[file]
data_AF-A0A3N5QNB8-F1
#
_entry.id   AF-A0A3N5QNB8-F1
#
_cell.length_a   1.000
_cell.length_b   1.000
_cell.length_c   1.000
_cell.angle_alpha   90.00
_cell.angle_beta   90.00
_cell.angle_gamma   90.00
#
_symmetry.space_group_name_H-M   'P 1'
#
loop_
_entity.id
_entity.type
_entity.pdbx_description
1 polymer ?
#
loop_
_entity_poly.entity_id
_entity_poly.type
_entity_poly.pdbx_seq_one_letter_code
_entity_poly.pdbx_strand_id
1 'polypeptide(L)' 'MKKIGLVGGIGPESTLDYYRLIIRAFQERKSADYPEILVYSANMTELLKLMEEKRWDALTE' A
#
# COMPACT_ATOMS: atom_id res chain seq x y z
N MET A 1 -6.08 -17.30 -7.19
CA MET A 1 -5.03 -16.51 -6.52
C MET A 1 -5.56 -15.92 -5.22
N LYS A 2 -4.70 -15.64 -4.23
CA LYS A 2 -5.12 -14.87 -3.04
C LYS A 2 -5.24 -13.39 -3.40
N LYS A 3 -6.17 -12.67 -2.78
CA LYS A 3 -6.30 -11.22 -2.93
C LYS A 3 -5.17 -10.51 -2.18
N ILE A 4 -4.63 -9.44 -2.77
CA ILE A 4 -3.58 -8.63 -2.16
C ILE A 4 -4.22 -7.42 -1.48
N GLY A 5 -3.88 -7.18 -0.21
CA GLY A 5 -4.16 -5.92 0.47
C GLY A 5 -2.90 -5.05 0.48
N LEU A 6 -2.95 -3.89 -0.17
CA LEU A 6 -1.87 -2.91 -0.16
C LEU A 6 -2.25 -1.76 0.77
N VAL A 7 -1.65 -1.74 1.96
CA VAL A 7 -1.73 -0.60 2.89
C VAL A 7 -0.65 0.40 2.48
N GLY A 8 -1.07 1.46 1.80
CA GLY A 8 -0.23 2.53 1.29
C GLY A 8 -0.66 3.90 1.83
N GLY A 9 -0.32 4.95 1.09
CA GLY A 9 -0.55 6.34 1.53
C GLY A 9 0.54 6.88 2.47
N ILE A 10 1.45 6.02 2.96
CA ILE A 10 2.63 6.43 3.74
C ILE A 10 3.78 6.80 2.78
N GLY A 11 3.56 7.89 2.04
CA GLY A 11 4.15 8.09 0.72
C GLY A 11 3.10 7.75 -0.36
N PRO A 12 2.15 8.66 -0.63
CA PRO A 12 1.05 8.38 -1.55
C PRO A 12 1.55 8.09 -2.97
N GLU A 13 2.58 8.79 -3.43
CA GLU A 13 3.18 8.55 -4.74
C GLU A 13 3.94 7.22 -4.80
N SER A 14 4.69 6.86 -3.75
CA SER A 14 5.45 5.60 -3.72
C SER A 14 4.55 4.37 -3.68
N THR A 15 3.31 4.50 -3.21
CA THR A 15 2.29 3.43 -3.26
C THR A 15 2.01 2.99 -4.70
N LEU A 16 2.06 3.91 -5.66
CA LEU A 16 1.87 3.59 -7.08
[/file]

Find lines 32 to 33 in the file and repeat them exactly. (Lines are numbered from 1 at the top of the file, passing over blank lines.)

CA LYS A 2 -5.12 -14.87 -3.04
C LYS A 2 -5.24 -13.39 -3.40